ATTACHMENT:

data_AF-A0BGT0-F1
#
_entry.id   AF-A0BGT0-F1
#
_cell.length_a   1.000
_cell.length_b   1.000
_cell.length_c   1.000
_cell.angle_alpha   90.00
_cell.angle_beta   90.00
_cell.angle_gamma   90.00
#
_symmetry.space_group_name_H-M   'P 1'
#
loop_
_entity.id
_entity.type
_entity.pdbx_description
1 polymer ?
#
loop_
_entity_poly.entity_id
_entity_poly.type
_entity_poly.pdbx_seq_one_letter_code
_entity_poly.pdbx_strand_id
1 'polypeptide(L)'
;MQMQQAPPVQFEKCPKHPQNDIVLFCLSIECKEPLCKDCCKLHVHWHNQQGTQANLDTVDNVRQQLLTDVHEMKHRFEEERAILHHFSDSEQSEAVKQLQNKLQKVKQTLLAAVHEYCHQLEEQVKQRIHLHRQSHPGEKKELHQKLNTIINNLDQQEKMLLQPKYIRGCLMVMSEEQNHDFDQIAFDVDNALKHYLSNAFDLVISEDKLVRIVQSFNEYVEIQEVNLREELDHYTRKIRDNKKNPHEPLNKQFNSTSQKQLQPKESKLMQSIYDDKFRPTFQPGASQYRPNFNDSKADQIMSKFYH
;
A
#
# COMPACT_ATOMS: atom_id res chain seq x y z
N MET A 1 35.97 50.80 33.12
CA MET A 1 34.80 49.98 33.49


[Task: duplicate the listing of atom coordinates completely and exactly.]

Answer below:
data_AF-A0BGT0-F1
#
_entry.id   AF-A0BGT0-F1
#
_cell.length_a   1.000
_cell.length_b   1.000
_cell.length_c   1.000
_cell.angle_alpha   90.00
_cell.angle_beta   90.00
_cell.angle_gamma   90.00
#
_symmetry.space_group_name_H-M   'P 1'
#
loop_
_entity.id
_entity.type
_entity.pdbx_description
1 polymer ?
#
loop_
_entity_poly.entity_id
_entity_poly.type
_entity_poly.pdbx_seq_one_letter_code
_entity_poly.pdbx_strand_id
1 'polypeptide(L)'
;MQMQQAPPVQFEKCPKHPQNDIVLFCLSIECKEPLCKDCCKLHVHWHNQQGTQANLDTVDNVRQQLLTDVHEMKHRFEEERAILHHFSDSEQSEAVKQLQNKLQKVKQTLLAAVHEYCHQLEEQVKQRIHLHRQSHPGEKKELHQKLNTIINNLDQQEKMLLQPKYIRGCLMVMSEEQNHDFDQIAFDVDNALKHYLSNAFDLVISEDKLVRIVQSFNEYVEIQEVNLREELDHYTRKIRDNKKNPHEPLNKQFNSTSQKQLQPKESKLMQSIYDDKFRPTFQPGASQYRPNFNDSKADQIMSKFYH
;
A
#
# COMPACT_ATOMS: atom_id res chain seq x y z
N MET A 1 35.97 50.80 33.12
CA MET A 1 34.80 49.98 33.49